Inside the Market

U.S. Soybeans Prices Off to a Bearish Start

Todd Hultman
By  Todd Hultman , DTN Lead Analyst
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(Photo Jim Patrico, photo illustration by Barry Falkner)

It wasn't that long ago I was explaining at fall farm shows how U.S. soybean prices had a limited bullish opportunity ahead of us, at least until Brazil's next harvest in late January and February. Thanks to the heavy popularity of corn acres in 2023, U.S. soybean production was limited to 4.165 billion bushels (bb), the lowest in four years. In September, USDA estimated 220 million bushels (mb) of U.S. ending soybean stocks for 2023-24, the tightest supply situation in eight years.

We all knew Brazil was the next production threat, and USDA was estimating the world's largest soybean producer would come up with another record soybean crop in February, near 6.0 bb (163.0 million metric tons), if weather cooperated. Weather didn't cooperate early in the new season, however, as crops suffered stretches of hot and dry weather in central Brazil that helped push March U.S. soybean prices near $14 by mid-November.

For soybean bulls, the mid-November peak was as high as prices would get, as a broad coverage of consistent rains returned to central Brazil after Thanksgiving and then again over the New Year weekend and into early January. USDA and Brazil's crop agency, Conab, lowered soybean production estimates for Brazil to 157.0 million metric tons (mmt) and 155.3 mmt, respectively, while other private estimates ranged lower, near 150.0 mmt, or 5.51 bb.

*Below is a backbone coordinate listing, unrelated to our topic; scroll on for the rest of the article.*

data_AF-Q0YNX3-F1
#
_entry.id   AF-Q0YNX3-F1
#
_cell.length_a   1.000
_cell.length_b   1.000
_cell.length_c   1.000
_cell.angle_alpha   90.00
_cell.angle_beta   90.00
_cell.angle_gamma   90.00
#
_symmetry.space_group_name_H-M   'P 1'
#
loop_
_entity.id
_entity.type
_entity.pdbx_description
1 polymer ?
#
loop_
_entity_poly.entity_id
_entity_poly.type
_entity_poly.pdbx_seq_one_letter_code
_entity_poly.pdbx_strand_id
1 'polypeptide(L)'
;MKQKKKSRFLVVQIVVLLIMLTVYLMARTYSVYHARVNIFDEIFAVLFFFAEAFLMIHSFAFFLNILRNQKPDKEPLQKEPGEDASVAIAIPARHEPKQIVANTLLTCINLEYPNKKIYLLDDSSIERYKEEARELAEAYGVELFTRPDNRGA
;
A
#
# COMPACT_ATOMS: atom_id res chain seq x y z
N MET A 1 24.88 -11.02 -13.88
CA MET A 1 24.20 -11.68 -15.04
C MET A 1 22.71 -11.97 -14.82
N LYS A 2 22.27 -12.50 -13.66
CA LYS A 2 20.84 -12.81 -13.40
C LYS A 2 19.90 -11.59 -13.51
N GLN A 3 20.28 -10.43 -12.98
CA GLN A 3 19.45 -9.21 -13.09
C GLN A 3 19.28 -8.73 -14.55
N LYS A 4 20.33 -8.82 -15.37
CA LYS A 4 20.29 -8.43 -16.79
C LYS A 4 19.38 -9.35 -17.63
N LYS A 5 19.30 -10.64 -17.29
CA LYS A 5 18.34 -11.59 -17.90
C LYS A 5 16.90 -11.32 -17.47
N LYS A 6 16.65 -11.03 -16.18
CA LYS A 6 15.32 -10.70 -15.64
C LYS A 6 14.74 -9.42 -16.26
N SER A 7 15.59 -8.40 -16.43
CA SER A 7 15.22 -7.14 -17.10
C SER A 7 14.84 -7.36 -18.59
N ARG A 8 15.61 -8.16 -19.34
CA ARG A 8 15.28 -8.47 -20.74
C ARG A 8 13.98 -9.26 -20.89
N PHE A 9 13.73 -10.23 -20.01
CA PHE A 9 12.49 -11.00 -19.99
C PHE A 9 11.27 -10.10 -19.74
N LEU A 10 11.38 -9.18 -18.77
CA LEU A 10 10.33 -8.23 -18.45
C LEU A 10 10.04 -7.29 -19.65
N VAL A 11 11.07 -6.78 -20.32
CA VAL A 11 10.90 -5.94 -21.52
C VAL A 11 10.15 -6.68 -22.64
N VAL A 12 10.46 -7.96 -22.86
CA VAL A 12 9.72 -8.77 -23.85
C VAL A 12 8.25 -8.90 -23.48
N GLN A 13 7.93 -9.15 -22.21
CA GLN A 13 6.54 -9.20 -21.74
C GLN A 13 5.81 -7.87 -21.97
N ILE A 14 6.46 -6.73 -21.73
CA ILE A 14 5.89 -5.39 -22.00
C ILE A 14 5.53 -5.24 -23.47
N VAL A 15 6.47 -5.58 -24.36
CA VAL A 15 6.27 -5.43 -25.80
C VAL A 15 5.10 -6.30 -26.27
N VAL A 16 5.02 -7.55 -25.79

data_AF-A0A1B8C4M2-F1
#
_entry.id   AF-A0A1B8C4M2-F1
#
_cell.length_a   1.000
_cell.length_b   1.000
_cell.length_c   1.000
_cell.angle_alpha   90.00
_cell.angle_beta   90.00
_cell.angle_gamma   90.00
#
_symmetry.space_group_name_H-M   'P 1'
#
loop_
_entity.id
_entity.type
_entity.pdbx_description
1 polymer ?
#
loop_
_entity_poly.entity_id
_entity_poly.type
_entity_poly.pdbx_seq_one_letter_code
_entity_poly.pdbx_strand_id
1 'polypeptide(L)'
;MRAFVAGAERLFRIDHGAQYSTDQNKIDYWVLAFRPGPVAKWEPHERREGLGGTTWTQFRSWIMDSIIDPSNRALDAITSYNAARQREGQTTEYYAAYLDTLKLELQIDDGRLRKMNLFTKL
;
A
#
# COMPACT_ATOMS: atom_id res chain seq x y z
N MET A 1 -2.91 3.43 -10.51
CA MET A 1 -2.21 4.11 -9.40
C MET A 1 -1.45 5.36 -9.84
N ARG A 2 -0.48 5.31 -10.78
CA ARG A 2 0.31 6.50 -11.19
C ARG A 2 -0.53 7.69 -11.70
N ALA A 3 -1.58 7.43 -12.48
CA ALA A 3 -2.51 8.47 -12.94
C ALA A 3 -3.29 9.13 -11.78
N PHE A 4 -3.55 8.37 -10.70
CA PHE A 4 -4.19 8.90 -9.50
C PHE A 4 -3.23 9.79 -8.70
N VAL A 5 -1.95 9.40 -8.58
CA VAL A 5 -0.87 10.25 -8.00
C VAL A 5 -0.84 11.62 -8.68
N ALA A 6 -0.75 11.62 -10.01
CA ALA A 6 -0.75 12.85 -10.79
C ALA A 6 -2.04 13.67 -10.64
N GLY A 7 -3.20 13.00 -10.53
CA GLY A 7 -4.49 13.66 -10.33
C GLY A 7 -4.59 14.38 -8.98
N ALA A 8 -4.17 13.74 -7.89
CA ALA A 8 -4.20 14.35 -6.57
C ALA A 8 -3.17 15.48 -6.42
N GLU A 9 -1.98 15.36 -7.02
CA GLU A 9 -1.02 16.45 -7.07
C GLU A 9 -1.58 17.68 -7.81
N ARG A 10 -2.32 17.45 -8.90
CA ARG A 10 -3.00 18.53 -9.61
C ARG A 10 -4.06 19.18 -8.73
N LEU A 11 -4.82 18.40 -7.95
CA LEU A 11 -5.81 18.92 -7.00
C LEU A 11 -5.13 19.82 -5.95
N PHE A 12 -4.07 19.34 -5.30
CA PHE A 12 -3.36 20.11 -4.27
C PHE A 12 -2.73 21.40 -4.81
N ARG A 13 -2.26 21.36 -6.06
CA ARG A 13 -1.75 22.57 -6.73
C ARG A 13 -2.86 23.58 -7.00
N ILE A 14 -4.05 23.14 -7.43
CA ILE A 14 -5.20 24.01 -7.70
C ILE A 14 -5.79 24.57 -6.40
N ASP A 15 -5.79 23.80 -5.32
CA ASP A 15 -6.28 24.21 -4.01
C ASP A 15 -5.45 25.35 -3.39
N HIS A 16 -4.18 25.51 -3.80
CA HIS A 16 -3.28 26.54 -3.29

While social media was having a debate about just how bad crop conditions were, the price of March soybeans fell to a new six-month low on the first day of 2024 and slid lower from there, falling below $12.00 by early February. Commodity Futures Trading Commission (CFTC) data showed the speculative positions of large traders went from being net long 86,677 contracts in mid-November to being net-short 160,817 contracts by Feb. 6, the largest net-short position on record.

The more concerning price drop, however, took place in Brazil. FOB (free on board) soybean prices for March at the port of Paranagua fell from the U.S. equivalent of $12.95 a bushel near Christmas to $11.20 in early February, a time when roughly 23% of Brazil's soybean crop was harvested. No one can confidently say yet how big Brazil's harvest will be, but the sharp price drop in January speaks volumes about local expectations.

Adding salt to soybeans' bearish wounds, Argentina's crops are off to a good start in 2023-24. USDA's 50.0 mmt (1.84 bb) soybean production estimate for Argentina is twice the size of last year's drought-afflicted crop. In mid-December, spot soybean meal prices on China's Dalian exchange broke below its lowest prices in three years and fell another 10% in January, likely related to a government directive, urging hog producers to cut back inventory.

The year is still young, and there are plenty of unknowns ahead, including how U.S. production will go this year. For now, we can't ignore the fact the outlook for soybean prices has seen a dramatic bearish change the past four months.


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